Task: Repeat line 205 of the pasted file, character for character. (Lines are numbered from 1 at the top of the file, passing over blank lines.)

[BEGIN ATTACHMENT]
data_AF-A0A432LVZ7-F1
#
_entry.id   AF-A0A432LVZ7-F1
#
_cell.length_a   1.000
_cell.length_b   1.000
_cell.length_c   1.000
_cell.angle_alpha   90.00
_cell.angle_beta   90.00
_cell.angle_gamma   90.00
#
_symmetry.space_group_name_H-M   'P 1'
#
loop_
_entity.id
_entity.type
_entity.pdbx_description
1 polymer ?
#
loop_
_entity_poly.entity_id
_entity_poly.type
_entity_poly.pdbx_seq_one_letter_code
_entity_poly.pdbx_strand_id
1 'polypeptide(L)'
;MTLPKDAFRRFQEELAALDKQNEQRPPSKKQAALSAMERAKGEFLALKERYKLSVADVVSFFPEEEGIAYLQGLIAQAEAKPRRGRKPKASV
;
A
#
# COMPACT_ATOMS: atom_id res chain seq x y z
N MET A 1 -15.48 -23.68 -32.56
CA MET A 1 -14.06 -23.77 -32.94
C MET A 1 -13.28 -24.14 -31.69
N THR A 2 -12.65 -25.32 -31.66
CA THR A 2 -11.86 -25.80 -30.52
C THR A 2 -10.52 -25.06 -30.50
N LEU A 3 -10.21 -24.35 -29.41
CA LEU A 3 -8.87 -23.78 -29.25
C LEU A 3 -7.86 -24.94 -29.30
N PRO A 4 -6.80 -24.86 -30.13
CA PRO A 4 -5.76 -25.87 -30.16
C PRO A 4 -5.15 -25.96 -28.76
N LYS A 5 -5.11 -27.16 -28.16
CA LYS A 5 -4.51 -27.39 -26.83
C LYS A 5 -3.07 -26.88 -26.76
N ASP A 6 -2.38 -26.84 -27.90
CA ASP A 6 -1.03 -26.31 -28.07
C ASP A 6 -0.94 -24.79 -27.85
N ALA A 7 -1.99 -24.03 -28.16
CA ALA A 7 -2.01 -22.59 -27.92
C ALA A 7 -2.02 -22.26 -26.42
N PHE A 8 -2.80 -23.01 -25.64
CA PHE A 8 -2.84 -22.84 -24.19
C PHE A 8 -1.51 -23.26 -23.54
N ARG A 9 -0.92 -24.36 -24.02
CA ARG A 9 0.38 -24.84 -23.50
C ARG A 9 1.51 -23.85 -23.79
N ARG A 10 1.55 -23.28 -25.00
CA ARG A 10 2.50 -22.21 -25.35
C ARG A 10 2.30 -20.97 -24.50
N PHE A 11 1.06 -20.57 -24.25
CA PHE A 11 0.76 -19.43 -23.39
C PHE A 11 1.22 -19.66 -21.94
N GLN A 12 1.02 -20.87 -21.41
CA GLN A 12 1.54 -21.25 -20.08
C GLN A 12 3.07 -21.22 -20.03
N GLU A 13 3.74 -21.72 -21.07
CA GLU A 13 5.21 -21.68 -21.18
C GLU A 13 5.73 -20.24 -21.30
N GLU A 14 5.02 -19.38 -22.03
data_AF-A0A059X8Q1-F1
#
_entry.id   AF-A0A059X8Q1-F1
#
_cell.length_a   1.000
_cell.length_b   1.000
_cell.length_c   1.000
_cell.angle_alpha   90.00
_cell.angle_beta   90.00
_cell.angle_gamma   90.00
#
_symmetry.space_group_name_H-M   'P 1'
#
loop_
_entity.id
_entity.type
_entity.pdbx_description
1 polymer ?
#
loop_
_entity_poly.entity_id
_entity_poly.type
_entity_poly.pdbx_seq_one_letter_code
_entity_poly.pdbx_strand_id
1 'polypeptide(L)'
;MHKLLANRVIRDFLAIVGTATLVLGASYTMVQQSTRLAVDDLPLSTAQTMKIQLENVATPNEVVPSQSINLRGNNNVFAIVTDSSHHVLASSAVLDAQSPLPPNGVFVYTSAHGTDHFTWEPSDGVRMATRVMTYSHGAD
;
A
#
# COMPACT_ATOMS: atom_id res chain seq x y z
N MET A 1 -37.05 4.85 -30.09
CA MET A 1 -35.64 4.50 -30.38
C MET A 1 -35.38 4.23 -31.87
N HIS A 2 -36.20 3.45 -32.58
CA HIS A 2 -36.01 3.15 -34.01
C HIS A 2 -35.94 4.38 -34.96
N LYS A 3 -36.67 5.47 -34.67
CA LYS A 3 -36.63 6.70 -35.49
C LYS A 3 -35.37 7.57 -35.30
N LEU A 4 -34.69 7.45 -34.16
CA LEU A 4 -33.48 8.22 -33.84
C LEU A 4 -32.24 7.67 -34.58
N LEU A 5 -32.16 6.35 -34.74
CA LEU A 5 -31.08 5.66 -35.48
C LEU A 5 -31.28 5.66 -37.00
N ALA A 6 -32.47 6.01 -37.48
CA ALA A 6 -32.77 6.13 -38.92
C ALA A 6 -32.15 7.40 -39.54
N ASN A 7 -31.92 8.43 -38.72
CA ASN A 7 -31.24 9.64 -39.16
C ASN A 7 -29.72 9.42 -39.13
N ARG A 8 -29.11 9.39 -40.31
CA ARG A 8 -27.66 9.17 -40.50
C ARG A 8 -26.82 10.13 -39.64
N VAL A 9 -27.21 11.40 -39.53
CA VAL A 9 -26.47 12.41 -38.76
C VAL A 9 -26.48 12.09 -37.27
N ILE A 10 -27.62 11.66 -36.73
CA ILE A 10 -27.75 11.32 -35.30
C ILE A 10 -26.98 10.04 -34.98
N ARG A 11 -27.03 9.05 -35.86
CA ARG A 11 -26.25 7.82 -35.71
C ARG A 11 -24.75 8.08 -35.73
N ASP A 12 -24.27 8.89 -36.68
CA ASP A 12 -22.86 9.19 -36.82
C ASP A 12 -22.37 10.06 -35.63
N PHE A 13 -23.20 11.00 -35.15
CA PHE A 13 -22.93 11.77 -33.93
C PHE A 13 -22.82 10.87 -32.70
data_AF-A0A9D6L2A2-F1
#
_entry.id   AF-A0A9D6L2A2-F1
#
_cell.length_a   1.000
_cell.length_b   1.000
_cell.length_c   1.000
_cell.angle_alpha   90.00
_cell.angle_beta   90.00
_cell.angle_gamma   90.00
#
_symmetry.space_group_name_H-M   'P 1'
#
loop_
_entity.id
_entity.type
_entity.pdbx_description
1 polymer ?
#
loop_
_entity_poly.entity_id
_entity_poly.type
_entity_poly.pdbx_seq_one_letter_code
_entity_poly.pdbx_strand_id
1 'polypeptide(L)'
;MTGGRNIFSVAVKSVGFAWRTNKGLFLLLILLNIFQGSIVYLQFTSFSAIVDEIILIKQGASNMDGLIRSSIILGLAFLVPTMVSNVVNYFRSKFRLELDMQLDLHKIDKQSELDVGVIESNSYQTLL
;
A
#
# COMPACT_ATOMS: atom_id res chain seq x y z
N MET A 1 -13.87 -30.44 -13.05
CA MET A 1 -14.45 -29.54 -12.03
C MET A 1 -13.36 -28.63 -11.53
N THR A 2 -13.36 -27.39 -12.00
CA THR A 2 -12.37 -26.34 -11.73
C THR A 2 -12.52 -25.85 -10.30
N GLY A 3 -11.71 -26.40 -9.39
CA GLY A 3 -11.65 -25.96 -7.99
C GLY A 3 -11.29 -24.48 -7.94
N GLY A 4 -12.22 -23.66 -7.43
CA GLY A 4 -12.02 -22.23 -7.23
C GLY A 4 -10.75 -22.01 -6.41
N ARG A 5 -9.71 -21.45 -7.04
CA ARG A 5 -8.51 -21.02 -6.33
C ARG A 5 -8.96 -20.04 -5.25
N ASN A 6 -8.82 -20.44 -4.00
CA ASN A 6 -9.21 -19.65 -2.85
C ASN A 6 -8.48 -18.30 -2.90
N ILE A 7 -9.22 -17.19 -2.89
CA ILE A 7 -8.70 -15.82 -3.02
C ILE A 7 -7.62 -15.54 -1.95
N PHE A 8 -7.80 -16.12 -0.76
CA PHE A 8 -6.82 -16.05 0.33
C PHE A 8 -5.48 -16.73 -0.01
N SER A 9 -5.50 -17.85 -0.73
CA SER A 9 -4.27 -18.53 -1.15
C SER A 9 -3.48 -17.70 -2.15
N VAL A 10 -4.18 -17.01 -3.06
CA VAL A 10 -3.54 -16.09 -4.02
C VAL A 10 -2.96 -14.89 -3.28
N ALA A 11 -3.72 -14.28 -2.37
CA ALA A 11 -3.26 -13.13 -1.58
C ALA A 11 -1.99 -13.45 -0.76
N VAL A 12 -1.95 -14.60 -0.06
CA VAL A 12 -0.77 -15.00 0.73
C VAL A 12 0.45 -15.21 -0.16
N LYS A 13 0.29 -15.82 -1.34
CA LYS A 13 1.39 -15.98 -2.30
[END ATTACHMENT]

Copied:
C VAL A 12 0.45 -15.21 -0.16